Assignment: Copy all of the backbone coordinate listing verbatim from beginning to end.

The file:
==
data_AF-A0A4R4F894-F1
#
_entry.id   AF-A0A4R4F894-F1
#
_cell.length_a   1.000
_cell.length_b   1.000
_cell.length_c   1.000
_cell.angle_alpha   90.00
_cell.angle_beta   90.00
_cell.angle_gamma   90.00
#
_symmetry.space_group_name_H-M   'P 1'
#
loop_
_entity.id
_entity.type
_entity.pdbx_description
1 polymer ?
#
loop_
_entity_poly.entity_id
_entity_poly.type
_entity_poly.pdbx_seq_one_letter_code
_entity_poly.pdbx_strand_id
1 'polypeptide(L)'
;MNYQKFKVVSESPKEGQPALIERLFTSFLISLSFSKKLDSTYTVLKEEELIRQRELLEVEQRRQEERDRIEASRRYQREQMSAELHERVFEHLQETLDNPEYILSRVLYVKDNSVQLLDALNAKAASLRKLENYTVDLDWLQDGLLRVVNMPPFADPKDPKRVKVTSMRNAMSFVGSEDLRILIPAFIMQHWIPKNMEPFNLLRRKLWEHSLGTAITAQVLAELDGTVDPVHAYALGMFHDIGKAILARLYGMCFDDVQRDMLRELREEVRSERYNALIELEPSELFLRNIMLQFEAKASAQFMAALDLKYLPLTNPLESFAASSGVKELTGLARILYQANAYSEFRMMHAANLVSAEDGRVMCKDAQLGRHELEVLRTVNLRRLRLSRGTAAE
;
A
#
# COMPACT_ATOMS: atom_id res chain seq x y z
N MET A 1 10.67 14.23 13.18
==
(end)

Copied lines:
data_AF-A0A4R4F894-F1
#
_entry.id   AF-A0A4R4F894-F1
#
_cell.length_a   1.000
_cell.length_b   1.000
_cell.length_c   1.000
_cell.angle_alpha   90.00
_cell.angle_beta   90.00
_cell.angle_gamma   90.00
#
_symmetry.space_group_name_H-M   'P 1'
#
loop_
_entity.id
_entity.type
_entity.pdbx_description
1 polymer ?
#
loop_
_entity_poly.entity_id
_entity_poly.type
_entity_poly.pdbx_seq_one_letter_code
_entity_poly.pdbx_strand_id
1 'polypeptide(L)'
;MNYQKFKVVSESPKEGQPALIERLFTSFLISLSFSKKLDSTYTVLKEEELIRQRELLEVEQRRQEERDRIEASRRYQREQMSAELHERVFEHLQETLDNPEYILSRVLYVKDNSVQLLDALNAKAASLRKLENYTVDLDWLQDGLLRVVNMPPFADPKDPKRVKVTSMRNAMSFVGSEDLRILIPAFIMQHWIPKNMEPFNLLRRKLWEHSLGTAITAQVLAELDGTVDPVHAYALGMFHDIGKAILARLYGMCFDDVQRDMLRELREEVRSERYNALIELEPSELFLRNIMLQFEAKASAQFMAALDLKYLPLTNPLESFAASSGVKELTGLARILYQANAYSEFRMMHAANLVSAEDGRVMCKDAQLGRHELEVLRTVNLRRLRLSRGTAAE
;
A
#
# COMPACT_ATOMS: atom_id res chain seq x y z
N MET A 1 10.67 14.23 13.18